These are the basics. Many business owners do not pay enough attention to sales. Getting the sales machine working properly is arguably the most important focus for a business owner. A good sales organisation will provide good revenues. Good revenues are the precursor to good profits and with good profit comes the reward of being in business.

Why Content Marketing is a Business Website’s Best Friend

By | Articles, Marketing, Sales & Marketing | No Comments
By Evan Rubenstein
Everyone (well almost everyone) in business nowadays has a website, and everyone wants more people to come to their website and give them more business. Right or right?

Not that long ago, the recipe was simple; launch a websites, throw in a meagre ration of mediocre content, add as many links as you could and allow it to rise. On the search results, that is.  In case you have not heard, that does not work any more. Google’s cadre of PhD’s have figured out how to detect and prevent schemes that artificially boost your rightful rankings. Nowadays you have to build a good website that contains high quality content that helps your market and that they value. You also need many more links than before and a lot of social shares to make you rank.

 

All in all, this is now a lot harder to do than it used to be. Building links the way you might have before is now very expensive and time consuming. What’s more, if you don’t have good material worth sharing, you wont get the social shares.
 
So what to do. How do you get natural links pointing to your site and lots of social shares?
 
In a word: Content. Or Content Marketing to give it its new, fashionable name.
 
It has become generally evident that good content produces more links, more quickly that building them manually, and what’s more, it’s cheaper. Not only that, but your quality content will be naturally shared on Twitter, Facebook, Pinterest, LinkedIn, and Google+ giving you a double whammie effect.
So what is quality content?:
  • Written word content
    • Articles
    • Blog Posts
    • How – To’s
    • Checklists
    • Q & A’s
    • FAQ’s
  • Video
  • Infographics
  • Slides
  • Podcasts
Those who spent substantial sums on SEO in the past would have watched in horror as algorithm update after algorithm update decimated their investment. As search rankings went into free-fall, SEO providers responded with more sophisticated schemes that cost more money, but ultimately delivered less and less.
 
You have one other thing to look forward to in this new content centric world. Content does not get affected by algorithm updates. Content is an investment in the future!

Beware the discounting trap

By | Articles, Sales & Marketing, Sales & Opportunities | One Comment

The term “Discounting” in its common usage, refers to a mechanism used typically to stimulate business. It is commonly used, but generally poorly understood.

Understanding how discounting works at a financial level is key to using this successfully as a tactic for stimulating business. Simply discounting prices without proper thought and analysis can be a recipe for disaster.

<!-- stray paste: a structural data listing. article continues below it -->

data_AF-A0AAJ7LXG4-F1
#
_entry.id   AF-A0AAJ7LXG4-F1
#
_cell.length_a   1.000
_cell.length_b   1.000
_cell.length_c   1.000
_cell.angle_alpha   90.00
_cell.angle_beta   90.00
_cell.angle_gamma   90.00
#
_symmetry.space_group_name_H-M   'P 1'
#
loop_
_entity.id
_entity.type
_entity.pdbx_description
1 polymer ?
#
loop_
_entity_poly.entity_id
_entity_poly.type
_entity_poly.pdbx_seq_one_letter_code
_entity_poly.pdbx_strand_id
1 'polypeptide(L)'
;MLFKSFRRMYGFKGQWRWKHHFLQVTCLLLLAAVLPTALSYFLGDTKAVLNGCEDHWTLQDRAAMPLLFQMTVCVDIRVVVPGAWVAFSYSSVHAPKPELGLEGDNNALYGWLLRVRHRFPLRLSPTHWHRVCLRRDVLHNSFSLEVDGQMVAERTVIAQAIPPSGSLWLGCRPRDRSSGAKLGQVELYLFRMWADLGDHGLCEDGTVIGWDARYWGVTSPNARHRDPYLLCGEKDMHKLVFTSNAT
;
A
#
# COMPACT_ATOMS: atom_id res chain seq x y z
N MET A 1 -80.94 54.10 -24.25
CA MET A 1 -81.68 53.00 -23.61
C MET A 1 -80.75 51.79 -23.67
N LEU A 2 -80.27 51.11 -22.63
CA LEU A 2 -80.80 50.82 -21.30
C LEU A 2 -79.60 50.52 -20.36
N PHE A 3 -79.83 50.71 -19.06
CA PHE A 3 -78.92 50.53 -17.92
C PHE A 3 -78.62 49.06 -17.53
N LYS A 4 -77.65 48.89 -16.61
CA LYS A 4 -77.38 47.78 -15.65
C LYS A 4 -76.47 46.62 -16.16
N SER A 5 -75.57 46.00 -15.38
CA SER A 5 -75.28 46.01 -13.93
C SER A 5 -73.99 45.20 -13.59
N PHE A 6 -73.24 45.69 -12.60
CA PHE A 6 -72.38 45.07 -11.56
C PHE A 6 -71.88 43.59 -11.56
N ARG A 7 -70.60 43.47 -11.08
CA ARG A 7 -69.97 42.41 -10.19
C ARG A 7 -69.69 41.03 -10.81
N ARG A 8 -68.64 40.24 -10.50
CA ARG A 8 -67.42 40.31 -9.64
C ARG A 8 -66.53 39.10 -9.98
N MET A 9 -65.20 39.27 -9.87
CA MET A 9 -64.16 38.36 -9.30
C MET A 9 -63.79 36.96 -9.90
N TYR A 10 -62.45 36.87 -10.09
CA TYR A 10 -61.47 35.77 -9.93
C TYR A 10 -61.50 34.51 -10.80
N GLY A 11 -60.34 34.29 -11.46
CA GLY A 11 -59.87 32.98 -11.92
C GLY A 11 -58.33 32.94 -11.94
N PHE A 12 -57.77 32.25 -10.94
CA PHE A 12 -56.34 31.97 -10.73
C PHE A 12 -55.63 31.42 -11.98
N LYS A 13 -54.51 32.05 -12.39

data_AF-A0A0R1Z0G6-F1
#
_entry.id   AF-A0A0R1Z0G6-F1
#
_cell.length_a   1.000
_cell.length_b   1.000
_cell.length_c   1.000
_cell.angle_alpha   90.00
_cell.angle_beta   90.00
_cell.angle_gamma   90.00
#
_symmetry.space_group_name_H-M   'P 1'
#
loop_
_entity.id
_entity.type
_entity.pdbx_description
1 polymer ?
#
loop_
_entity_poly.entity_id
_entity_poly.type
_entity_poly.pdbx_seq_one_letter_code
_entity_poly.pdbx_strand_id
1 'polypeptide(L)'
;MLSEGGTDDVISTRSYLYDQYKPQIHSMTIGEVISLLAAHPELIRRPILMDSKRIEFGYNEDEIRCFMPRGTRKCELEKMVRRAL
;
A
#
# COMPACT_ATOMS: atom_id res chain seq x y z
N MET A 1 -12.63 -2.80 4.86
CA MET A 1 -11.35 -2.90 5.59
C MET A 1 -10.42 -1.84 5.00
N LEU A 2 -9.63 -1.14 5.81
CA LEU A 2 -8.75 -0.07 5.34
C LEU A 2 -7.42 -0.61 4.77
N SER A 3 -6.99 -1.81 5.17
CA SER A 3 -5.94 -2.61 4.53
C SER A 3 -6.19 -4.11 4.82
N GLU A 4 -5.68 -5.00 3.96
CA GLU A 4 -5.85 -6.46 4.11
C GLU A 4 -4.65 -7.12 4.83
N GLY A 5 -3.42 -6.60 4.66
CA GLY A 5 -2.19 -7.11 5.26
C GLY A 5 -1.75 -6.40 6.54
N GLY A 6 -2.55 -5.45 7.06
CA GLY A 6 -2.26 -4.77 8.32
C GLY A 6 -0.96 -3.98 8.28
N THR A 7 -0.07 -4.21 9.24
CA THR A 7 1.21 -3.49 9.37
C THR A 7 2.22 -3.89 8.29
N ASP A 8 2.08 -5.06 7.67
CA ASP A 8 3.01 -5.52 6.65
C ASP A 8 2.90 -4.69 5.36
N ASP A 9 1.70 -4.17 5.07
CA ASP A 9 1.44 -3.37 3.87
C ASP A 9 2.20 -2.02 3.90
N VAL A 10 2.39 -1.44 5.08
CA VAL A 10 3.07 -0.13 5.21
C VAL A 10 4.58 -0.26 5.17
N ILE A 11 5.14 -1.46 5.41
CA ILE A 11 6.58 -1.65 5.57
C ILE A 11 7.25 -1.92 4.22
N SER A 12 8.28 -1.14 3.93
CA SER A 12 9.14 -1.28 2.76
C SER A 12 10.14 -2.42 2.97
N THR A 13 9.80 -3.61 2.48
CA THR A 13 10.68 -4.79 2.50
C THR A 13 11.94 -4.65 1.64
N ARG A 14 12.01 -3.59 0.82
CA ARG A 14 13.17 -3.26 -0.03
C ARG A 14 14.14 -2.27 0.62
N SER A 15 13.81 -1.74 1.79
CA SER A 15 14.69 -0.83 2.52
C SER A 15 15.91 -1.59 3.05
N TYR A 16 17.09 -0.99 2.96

For a business to be a business it needs to make a profit. This means that your revenues must exceed your expenses by your profit margin. Discounting reduces that excess and can reduce it to the point where is is zero or less than zero. This can easily catch the unsuspecting business person out with costly consequences.

Don’t get the wrong impression. Sometimes discounting can be a good idea. Often it is used in a “Loss leader” strategy, where customers are lured into a store by a low priced item, in the hope that they will make additional purchases, where the overall transaction value is profitable. Even in this case it needs to be carefully analysed, monitored and controlled. Hence the limit-per-customer type of rule that one commonly sees in conjunction with discounted items.

If the discount is applied across the board then here is the information you should understand:

If your present margin is

And you discount your price by

20%

25%

30%

35%

40%

45%

50%

55%

60%

Your sales must INCREASE by the amount shown to keep the same Gross Profit

2%

11%

9%

7%

6%

5%

5%

4%

4%

3%

4%

25%

19%

15%

13%

11%

10%

9%

8%

7%

6%

43%

32%

25%

21%

18%

15%

14%

12%

11%

8%

67%

47%

36%

30%

25%

22%

19%

17%

15%

10%

100%

67%

50%

40%

33%

29%

25%

22%

20%

12%

150%

92%

67%

52%

43%

36%

32%

28%

25%

14%

233%

127%

88%

67%

54%

45%

39%

34%

30%

16%

400%

178%

114%

84%

67%

55%

47%

41%

36%

18%

900%

257%

150%

106%

82%

67%

56%

49%

43%

20%

400%

200%

133%

100%

80%

67%

57%

50%

25%

500%

250%

167%

125%

100%

83%

71%

30%

600%

300%

200%

150%

120%

100%

So for example, if your margin is 35%, quite typical, and you give a 10% discount, then your sales need to increase by 40% to make the same amount of gross profit. It is quite easy to see how risky this proposition could be.

There are scenarios where this effect can be catastrophic. For example: there are many businesses who have used “coupon sites” in their marketing mix. The discounts offered are usually high, often over 30%. In some cases where insufficient analysis has been done, not only has the business that has been generated been very unprofitable , but where volumes are are high, an “overtrading” situation results from which some businesses never recover.